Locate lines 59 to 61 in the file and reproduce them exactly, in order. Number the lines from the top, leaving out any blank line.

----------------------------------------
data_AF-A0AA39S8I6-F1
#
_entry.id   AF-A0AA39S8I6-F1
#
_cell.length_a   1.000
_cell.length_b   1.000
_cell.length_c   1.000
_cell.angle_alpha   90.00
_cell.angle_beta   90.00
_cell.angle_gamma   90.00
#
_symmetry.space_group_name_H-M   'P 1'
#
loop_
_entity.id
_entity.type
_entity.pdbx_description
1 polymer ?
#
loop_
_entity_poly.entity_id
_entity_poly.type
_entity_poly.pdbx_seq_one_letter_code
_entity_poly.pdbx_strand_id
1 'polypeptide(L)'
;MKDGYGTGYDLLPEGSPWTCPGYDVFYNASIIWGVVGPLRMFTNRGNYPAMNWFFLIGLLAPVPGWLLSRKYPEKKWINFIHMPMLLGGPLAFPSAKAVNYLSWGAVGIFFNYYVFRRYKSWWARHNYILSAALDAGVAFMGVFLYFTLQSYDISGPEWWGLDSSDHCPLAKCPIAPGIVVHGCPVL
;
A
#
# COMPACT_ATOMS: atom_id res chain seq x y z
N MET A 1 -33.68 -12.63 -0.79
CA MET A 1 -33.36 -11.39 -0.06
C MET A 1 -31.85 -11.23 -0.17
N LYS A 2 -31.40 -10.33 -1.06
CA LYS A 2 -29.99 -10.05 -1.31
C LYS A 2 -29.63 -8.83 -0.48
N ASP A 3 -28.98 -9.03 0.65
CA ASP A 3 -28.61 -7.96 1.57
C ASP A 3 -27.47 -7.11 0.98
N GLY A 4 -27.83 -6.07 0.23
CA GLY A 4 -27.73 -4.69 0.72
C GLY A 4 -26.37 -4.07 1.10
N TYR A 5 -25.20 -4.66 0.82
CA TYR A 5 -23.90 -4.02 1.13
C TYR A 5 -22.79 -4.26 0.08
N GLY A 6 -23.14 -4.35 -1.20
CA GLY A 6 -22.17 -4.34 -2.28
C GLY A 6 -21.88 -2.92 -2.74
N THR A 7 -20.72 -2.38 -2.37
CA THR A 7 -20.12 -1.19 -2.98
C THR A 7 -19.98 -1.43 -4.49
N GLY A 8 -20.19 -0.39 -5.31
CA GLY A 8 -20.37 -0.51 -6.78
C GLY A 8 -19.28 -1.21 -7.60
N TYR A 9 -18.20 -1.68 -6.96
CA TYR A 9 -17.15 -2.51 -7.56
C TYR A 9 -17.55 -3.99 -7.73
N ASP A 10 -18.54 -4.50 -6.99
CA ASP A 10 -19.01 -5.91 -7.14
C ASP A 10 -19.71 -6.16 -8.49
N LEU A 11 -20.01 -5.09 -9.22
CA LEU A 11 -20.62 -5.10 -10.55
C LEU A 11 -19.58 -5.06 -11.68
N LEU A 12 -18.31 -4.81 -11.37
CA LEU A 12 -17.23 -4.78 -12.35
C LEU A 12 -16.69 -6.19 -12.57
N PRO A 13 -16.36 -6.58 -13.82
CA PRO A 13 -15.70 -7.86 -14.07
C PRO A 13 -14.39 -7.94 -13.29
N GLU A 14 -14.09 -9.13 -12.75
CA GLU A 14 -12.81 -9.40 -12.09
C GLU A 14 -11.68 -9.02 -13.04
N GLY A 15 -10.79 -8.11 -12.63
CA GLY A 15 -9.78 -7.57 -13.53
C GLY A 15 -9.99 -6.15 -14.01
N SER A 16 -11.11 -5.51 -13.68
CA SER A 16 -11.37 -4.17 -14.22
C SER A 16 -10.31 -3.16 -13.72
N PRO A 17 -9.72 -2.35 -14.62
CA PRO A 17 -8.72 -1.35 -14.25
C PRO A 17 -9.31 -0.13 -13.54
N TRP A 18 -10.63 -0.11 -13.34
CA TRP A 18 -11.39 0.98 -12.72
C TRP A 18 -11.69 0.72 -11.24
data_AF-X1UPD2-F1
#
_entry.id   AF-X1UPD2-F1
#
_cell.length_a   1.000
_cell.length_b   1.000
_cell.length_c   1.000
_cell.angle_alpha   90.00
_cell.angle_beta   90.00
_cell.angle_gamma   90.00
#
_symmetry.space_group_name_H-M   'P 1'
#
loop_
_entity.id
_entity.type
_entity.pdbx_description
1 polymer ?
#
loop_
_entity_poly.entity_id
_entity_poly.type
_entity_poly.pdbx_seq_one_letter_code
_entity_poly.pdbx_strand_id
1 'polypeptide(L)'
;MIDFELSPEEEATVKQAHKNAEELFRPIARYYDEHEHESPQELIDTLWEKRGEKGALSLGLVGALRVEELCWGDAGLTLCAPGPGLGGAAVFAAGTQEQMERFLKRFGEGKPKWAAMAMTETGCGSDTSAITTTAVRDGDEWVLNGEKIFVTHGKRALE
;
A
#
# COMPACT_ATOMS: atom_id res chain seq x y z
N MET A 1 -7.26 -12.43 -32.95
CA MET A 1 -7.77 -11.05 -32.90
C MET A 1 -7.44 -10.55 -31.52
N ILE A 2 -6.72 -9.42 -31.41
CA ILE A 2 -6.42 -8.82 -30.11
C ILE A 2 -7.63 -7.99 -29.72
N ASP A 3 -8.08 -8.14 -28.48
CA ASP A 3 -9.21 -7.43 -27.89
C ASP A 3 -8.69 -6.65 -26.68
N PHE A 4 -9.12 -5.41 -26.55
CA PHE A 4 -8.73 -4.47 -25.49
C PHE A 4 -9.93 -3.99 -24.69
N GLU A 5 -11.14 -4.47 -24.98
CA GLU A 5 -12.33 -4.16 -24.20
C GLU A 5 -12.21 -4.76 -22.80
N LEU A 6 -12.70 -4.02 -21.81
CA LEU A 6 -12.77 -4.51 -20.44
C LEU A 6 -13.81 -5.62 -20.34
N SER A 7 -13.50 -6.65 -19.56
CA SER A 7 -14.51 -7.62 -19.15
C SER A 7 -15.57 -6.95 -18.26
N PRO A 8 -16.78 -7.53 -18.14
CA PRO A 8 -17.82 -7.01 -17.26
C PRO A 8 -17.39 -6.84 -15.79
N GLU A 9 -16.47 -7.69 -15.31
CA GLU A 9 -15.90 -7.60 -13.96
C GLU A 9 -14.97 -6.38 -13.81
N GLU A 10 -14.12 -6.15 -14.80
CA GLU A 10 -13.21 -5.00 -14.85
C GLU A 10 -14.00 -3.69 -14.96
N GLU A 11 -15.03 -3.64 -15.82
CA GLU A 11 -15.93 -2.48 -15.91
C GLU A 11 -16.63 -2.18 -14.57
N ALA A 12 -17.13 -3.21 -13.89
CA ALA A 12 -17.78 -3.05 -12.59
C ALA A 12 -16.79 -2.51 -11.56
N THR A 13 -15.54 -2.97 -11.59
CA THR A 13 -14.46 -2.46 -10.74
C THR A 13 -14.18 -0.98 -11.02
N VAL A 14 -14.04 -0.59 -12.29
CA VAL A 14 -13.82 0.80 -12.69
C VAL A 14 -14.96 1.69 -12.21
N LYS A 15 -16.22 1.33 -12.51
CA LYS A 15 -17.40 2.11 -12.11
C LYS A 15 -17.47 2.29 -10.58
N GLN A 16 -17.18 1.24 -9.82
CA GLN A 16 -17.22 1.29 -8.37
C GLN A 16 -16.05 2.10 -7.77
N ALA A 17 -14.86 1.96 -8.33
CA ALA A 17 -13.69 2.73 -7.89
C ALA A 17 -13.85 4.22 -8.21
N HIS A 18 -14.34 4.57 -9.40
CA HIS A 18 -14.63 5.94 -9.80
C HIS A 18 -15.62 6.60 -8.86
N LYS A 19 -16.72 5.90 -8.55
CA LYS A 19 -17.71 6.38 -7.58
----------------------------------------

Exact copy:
CA ASP A 10 -19.01 -5.91 -7.14
C ASP A 10 -19.71 -6.16 -8.49
N LEU A 11 -20.01 -5.09 -9.22